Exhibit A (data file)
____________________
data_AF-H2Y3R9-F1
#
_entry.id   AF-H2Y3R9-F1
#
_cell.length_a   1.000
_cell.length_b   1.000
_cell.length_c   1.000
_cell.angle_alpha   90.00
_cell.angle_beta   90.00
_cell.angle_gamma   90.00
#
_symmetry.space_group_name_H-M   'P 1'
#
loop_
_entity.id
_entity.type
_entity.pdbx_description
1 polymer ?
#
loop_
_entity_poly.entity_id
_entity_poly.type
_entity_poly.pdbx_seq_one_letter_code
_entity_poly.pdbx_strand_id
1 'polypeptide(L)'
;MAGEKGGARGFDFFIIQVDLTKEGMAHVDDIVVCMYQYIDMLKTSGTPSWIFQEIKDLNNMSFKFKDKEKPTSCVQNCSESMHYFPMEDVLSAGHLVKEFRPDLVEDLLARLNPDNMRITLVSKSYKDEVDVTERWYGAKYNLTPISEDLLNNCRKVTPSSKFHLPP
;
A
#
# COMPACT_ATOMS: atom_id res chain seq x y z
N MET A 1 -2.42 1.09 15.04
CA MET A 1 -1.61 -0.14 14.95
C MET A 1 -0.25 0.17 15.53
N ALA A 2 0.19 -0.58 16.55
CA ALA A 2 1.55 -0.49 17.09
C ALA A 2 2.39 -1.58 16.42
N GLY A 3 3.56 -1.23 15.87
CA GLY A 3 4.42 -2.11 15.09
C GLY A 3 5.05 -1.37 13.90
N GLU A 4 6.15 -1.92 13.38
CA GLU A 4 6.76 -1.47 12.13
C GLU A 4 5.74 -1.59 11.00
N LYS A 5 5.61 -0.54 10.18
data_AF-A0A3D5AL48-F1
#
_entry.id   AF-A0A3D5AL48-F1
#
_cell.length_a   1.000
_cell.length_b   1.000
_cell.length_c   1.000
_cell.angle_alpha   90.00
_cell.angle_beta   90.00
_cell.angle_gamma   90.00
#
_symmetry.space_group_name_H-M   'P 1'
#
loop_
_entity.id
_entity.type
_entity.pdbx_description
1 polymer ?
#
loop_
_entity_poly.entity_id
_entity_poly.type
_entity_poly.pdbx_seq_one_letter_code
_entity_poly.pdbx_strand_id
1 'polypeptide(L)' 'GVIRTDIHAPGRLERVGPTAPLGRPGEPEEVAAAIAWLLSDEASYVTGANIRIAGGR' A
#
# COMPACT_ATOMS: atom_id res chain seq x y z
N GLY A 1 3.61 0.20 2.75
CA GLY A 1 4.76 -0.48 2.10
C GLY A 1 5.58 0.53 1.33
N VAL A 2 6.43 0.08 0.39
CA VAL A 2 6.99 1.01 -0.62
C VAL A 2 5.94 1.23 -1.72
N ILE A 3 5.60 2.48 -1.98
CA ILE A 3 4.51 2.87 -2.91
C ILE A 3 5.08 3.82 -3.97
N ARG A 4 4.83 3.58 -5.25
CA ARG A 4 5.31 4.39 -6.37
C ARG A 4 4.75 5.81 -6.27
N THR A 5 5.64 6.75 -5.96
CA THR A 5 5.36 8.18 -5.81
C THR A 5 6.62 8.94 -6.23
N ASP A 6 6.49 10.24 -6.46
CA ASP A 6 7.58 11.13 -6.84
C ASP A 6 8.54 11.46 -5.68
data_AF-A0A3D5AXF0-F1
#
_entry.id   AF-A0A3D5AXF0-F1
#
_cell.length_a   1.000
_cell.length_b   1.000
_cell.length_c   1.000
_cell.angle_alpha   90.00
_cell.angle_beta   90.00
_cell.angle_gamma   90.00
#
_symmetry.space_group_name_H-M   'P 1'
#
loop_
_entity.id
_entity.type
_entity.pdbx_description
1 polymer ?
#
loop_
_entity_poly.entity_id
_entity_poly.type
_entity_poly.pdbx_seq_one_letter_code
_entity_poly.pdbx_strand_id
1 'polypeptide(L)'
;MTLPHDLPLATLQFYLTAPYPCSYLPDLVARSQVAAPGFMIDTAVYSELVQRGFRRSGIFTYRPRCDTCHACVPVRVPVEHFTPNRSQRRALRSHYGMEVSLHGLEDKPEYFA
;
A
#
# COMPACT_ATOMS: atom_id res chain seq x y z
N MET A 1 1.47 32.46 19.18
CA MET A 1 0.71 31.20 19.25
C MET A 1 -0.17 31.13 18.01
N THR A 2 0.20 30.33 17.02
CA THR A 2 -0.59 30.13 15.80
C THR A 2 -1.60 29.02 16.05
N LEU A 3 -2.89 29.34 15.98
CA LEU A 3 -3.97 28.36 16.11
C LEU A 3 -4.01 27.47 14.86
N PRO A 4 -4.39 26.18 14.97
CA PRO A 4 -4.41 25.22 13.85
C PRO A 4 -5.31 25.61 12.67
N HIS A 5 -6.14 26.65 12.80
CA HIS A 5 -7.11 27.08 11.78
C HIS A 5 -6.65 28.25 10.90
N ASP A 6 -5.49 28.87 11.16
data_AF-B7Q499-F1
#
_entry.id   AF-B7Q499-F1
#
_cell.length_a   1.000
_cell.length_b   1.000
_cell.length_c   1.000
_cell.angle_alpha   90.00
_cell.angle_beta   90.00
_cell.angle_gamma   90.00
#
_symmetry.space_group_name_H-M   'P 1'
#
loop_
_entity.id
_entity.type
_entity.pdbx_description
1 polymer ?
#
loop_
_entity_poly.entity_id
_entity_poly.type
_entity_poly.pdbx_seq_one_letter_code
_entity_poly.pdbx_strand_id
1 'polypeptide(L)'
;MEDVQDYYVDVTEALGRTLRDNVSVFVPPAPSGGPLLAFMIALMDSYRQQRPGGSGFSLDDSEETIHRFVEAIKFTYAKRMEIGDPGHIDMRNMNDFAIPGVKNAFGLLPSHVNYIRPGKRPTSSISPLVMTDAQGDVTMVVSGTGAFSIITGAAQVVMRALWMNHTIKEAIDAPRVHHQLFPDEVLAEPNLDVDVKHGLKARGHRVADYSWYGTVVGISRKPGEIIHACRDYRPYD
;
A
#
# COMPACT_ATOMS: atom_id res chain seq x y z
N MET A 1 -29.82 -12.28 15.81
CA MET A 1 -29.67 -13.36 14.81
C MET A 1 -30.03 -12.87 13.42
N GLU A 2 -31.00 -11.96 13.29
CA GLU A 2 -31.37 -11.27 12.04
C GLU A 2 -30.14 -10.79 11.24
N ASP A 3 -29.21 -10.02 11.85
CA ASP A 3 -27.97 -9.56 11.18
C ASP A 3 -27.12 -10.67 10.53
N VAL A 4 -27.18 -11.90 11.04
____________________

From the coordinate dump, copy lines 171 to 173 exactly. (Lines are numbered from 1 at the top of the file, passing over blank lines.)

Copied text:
N ASP A 3 -29.21 -10.02 11.85
CA ASP A 3 -27.97 -9.56 11.18
C ASP A 3 -27.12 -10.67 10.53